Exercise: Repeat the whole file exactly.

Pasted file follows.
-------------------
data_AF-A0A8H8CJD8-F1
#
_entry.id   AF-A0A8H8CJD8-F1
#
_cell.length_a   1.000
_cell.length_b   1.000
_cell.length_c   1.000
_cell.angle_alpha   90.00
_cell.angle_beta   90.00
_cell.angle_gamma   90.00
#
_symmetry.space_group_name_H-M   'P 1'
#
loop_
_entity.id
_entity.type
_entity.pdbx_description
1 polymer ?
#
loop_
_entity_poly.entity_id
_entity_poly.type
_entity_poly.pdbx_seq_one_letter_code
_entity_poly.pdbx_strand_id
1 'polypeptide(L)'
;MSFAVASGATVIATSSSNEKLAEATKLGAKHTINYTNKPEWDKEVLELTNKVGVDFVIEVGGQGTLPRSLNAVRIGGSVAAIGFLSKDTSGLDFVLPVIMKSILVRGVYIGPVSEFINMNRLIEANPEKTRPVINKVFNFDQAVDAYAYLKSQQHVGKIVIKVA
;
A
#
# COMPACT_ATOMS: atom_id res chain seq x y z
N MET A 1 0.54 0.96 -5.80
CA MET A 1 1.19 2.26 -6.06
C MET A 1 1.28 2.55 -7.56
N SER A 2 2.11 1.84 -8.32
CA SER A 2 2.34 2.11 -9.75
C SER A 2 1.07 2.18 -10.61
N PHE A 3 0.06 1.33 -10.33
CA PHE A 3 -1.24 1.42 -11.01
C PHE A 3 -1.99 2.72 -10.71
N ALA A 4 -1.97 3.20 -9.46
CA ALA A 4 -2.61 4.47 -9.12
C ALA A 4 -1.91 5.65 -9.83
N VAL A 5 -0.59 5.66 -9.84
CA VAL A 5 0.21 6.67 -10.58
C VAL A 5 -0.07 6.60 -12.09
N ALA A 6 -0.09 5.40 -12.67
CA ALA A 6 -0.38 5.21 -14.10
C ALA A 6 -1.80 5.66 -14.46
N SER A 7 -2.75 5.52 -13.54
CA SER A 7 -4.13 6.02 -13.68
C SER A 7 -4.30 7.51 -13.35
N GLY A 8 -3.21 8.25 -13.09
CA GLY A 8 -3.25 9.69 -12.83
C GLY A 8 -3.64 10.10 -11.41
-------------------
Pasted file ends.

data_AF-A0A8H8CJD8-F1
#
_entry.id   AF-A0A8H8CJD8-F1
#
_cell.length_a   1.000
_cell.length_b   1.000
_cell.length_c   1.000
_cell.angle_alpha   90.00
_cell.angle_beta   90.00
_cell.angle_gamma   90.00
#
_symmetry.space_group_name_H-M   'P 1'
#
loop_
_entity.id
_entity.type
_entity.pdbx_description
1 polymer ?
#
loop_
_entity_poly.entity_id
_entity_poly.type
_entity_poly.pdbx_seq_one_letter_code
_entity_poly.pdbx_strand_id
1 'polypeptide(L)'
;MSFAVASGATVIATSSSNEKLAEATKLGAKHTINYTNKPEWDKEVLELTNKVGVDFVIEVGGQGTLPRSLNAVRIGGSVAAIGFLSKDTSGLDFVLPVIMKSILVRGVYIGPVSEFINMNRLIEANPEKTRPVINKVFNFDQAVDAYAYLKSQQHVGKIVIKVA
;
A
#
# COMPACT_ATOMS: atom_id res chain seq x y z
N MET A 1 0.54 0.96 -5.80
CA MET A 1 1.19 2.26 -6.06
C MET A 1 1.28 2.55 -7.56
N SER A 2 2.11 1.84 -8.32
CA SER A 2 2.34 2.11 -9.75
C SER A 2 1.07 2.18 -10.61
N PHE A 3 0.06 1.33 -10.33
CA PHE A 3 -1.24 1.42 -11.01
C PHE A 3 -1.99 2.72 -10.71
N ALA A 4 -1.97 3.20 -9.46
CA ALA A 4 -2.61 4.47 -9.12
C ALA A 4 -1.91 5.65 -9.83
N VAL A 5 -0.59 5.66 -9.84
CA VAL A 5 0.21 6.67 -10.58
C VAL A 5 -0.07 6.60 -12.09
N ALA A 6 -0.09 5.40 -12.67
CA ALA A 6 -0.38 5.21 -14.10
C ALA A 6 -1.80 5.66 -14.46
N SER A 7 -2.75 5.52 -13.54
CA SER A 7 -4.13 6.02 -13.68
C SER A 7 -4.30 7.51 -13.35
N GLY A 8 -3.21 8.25 -13.09
CA GLY A 8 -3.25 9.69 -12.83
C GLY A 8 -3.64 10.10 -11.41